Your Estate Planning Clean-Up Guide

Is Your Plan Up to Date?

It’s easy to know when to renew your driver’s license or credit card—just look at the expiration date. But what about your estate planning documents? Keeping these current is an essential part of creating the future you envision, but they don’t come with expiration dates.

As you tackle your spring cleaning projects this year, take time to clean up your estate plan as well—the chart below can help.

Document What it is Where to keep it When to update it
Will/Living trust These documents direct your trustee or personal representative on how to distribute your estate. In a fireproof emergency kit. You should also give a copy to your trustee or personal representative. Every 2 to 5 years or immediately after experiencing a life event such as:
  • A move to a different state.
  • A change in marital status.
  • The addition of a child.
Durable power of attorney This document allows someone of your choice to carry out financial matters for you in the event of an illness or disability. In a fireproof emergency kit. You should also give a copy to the person you appointed. If your relationship with your chosen person changes or if this person predeceases you.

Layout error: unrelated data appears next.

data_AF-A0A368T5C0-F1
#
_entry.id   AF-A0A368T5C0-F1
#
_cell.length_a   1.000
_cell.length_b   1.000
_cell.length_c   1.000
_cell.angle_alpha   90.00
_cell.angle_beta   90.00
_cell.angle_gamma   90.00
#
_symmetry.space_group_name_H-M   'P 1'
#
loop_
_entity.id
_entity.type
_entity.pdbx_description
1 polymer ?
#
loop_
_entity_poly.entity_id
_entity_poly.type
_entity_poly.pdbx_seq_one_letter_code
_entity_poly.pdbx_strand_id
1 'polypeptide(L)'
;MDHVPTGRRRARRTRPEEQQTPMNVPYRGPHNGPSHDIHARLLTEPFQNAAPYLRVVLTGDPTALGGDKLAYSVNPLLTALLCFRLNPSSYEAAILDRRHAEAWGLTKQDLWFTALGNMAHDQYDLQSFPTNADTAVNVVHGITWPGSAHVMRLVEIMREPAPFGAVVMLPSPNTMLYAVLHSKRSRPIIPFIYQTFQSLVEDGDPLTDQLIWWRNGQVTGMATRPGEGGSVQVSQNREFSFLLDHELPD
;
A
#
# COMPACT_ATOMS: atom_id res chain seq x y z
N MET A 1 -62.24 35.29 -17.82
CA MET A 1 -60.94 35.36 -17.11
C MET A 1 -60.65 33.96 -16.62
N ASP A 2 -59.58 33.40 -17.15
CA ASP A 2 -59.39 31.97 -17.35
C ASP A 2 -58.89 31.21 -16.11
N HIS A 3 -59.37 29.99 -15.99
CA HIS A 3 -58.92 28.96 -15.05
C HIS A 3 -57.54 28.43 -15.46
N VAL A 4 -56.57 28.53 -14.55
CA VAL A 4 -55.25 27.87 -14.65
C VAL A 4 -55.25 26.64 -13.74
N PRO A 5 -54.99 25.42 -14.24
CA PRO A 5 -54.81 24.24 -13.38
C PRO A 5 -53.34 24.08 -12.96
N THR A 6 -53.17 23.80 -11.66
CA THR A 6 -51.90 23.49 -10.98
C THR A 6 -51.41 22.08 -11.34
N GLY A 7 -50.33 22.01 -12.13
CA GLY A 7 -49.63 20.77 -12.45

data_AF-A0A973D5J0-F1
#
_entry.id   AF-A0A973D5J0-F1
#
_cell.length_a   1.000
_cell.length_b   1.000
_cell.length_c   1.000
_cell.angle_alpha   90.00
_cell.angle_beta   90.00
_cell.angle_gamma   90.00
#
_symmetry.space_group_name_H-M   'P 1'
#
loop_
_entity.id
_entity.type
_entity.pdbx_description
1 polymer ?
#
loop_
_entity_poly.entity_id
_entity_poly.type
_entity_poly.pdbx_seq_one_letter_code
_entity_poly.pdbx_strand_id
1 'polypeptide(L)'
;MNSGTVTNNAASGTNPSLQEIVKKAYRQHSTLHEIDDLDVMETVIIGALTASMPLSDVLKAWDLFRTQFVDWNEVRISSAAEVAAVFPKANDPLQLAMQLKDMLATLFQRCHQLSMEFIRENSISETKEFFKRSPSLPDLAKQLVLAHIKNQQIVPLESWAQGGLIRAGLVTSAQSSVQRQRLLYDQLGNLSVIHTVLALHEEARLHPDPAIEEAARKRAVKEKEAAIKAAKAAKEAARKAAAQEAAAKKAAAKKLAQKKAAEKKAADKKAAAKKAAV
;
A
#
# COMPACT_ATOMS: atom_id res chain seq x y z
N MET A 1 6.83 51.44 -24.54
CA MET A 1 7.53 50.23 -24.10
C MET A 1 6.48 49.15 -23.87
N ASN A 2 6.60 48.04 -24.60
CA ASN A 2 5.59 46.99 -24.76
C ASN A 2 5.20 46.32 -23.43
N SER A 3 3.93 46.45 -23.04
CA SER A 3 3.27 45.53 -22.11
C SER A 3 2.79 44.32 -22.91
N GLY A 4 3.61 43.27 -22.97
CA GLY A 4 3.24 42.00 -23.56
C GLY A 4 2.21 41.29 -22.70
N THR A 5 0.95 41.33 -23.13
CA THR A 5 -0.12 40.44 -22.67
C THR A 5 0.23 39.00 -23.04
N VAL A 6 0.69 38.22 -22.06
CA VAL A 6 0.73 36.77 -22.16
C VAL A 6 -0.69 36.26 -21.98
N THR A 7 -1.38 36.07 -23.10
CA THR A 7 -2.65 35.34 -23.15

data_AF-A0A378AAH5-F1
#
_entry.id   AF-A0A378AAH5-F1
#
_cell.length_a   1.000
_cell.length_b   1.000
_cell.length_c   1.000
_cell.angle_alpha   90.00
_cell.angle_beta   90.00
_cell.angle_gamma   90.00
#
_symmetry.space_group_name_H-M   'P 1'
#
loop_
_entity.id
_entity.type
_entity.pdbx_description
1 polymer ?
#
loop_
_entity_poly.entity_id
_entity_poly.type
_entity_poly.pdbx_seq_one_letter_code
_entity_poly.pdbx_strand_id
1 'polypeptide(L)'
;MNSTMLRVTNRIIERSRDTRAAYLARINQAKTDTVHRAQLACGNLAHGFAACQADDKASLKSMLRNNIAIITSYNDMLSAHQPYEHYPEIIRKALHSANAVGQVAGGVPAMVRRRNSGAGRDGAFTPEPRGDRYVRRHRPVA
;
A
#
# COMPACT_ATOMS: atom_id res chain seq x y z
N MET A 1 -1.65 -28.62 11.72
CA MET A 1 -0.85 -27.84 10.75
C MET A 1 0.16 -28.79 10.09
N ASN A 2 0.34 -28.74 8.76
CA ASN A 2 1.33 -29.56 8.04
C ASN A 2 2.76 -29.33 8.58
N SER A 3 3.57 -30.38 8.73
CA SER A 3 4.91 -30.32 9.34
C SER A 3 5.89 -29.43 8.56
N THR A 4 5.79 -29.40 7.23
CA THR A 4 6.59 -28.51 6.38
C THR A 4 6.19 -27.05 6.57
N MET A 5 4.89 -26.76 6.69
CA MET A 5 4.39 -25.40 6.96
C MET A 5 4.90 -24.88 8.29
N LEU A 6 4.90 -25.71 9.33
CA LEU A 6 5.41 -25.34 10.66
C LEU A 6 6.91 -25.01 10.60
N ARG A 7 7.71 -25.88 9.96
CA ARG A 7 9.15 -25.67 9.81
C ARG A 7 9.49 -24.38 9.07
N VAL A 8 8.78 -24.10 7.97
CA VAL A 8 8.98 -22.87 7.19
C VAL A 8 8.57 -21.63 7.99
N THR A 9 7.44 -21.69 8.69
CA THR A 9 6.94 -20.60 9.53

Health care proxy and living will These documents name an individual to make health care decisions if you become unable to do so. Give copies of the form to your health care provider(s) and the person you named as your proxy. If your relationship with your chosen proxy changes or if this person predeceases you.

Are We in Your Plan?

If, as you review and update your plan, you decide to include a gift to Connecticut Children's Medical Center Foundation, please let us know by contacting Rob Keane at rkeane@connecticutchildrens.org or 860.837.5714. It would be our honor to thank you for your generosity.

Information contained herein was accurate at the time of posting. The information on this website is not intended as legal or tax advice. For such advice, please consult an attorney or tax advisor. Figures cited in any examples are for illustrative purposes only. References to tax rates include federal taxes only and are subject to change. State law may further impact your individual results. Annuities are subject to regulation by the State of California. Payments under such agreements, however, are not protected or otherwise guaranteed by any government agency or the California Life and Health Insurance Guarantee Association. A charitable gift annuity is not regulated by the Oklahoma Insurance Department and is not protected by a guaranty association affiliated with the Oklahoma Insurance Department. Charitable gift annuities are not regulated by and are not under the jurisdiction of the South Dakota Division of Insurance.

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